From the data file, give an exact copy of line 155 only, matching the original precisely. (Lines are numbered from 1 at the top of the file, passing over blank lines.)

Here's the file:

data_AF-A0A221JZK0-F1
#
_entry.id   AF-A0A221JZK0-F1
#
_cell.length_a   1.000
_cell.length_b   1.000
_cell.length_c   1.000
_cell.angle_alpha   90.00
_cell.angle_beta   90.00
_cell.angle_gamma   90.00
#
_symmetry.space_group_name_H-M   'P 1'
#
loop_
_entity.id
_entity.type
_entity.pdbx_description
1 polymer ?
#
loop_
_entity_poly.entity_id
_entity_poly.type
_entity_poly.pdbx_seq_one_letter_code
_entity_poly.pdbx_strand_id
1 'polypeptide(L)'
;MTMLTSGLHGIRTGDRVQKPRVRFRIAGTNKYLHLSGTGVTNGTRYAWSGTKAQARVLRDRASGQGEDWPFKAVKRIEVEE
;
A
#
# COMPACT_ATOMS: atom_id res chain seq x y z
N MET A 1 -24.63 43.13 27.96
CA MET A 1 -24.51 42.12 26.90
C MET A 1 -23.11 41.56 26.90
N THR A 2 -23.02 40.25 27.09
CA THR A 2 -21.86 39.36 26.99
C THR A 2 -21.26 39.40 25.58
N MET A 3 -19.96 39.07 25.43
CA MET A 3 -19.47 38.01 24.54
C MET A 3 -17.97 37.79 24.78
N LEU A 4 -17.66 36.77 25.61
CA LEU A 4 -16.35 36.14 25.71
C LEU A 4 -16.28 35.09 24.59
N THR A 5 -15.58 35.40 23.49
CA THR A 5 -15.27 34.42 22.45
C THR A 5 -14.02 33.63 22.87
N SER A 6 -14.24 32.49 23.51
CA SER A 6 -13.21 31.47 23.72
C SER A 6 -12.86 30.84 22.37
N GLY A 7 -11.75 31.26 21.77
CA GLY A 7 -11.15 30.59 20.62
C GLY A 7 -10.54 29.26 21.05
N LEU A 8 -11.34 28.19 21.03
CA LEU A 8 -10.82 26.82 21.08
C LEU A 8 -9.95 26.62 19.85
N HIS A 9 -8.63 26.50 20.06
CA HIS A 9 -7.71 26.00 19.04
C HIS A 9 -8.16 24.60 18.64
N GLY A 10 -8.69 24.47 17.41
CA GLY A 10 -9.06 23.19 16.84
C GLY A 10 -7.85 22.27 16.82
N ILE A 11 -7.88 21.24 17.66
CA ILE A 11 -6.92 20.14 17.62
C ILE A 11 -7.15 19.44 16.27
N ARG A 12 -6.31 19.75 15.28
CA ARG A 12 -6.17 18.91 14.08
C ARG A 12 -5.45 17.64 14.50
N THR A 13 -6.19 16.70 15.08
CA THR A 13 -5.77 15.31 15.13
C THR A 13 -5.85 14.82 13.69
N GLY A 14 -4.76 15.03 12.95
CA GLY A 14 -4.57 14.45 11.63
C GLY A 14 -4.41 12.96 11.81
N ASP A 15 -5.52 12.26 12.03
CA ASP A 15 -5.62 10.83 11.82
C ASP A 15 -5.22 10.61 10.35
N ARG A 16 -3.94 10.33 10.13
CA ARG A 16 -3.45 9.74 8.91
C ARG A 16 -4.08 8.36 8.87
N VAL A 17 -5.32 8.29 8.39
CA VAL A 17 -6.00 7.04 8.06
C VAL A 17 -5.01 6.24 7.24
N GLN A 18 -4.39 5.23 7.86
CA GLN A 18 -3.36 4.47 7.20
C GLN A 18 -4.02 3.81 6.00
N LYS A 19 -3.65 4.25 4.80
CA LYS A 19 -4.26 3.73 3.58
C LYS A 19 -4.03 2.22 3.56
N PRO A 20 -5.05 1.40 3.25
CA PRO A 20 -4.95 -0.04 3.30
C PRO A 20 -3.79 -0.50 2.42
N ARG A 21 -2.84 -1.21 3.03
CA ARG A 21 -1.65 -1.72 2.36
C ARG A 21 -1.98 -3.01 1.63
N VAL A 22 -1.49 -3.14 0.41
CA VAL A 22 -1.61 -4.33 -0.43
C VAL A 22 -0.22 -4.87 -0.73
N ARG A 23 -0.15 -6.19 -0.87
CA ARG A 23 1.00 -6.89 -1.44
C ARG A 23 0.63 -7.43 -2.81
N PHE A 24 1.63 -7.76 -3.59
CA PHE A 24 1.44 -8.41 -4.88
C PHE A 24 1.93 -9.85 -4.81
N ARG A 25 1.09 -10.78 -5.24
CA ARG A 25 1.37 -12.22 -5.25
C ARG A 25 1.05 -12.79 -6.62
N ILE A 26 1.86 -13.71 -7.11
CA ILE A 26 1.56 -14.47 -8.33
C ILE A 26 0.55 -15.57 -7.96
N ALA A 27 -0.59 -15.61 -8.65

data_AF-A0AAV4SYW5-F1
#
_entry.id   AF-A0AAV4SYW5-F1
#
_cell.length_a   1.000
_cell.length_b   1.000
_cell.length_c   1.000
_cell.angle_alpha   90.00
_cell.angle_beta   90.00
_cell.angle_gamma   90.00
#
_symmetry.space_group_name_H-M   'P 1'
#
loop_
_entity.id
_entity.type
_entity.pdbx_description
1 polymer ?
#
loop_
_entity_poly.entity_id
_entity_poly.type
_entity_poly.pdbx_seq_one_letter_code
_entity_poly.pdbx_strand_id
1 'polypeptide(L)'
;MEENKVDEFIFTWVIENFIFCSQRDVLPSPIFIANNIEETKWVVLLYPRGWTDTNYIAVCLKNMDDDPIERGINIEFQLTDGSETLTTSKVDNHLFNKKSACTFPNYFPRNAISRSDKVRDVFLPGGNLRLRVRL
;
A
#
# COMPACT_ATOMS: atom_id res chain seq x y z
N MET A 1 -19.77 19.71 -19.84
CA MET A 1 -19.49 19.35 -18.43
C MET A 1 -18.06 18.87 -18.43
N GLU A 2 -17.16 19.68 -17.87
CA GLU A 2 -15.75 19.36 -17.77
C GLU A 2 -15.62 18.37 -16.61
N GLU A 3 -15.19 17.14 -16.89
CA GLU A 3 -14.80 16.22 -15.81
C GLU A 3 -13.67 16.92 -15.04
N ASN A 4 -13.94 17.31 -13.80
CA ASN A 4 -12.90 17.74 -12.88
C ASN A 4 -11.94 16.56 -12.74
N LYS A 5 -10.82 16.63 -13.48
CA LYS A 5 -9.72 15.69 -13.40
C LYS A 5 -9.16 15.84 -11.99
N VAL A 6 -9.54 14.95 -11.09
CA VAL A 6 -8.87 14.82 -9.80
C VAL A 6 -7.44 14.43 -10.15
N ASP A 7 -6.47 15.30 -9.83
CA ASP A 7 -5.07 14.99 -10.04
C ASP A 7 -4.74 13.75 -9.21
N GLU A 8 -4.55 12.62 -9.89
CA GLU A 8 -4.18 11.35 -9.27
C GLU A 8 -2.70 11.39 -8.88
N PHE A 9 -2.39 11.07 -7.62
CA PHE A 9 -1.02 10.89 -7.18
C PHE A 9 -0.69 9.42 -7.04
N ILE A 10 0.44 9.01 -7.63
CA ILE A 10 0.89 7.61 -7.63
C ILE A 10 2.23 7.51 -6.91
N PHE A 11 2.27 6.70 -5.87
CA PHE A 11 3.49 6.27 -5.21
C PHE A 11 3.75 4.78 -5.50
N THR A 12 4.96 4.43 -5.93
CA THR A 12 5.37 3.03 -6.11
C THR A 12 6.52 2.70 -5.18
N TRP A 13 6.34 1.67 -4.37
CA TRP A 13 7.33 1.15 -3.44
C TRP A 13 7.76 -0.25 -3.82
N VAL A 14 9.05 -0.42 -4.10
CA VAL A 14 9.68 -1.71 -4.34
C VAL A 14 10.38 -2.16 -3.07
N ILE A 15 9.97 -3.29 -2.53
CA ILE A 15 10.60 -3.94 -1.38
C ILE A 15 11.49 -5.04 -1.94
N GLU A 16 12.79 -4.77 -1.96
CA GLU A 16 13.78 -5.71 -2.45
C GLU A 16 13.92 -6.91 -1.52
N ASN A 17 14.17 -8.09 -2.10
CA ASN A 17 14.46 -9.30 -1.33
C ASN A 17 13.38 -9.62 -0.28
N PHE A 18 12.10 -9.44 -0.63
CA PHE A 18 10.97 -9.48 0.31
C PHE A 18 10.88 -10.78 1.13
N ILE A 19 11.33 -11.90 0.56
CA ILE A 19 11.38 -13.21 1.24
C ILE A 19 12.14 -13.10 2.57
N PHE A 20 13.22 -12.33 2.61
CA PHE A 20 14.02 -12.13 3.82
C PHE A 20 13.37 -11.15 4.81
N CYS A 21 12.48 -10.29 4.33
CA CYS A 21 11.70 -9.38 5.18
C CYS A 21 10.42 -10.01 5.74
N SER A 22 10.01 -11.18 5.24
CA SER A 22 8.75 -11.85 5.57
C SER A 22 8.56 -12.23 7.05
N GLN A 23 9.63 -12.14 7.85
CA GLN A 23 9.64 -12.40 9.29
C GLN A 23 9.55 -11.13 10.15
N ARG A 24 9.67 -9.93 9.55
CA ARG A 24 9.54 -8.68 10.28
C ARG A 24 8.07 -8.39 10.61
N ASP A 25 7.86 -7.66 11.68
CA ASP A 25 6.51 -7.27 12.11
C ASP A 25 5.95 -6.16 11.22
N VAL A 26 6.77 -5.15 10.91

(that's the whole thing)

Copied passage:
N VAL A 6 -9.54 14.95 -11.09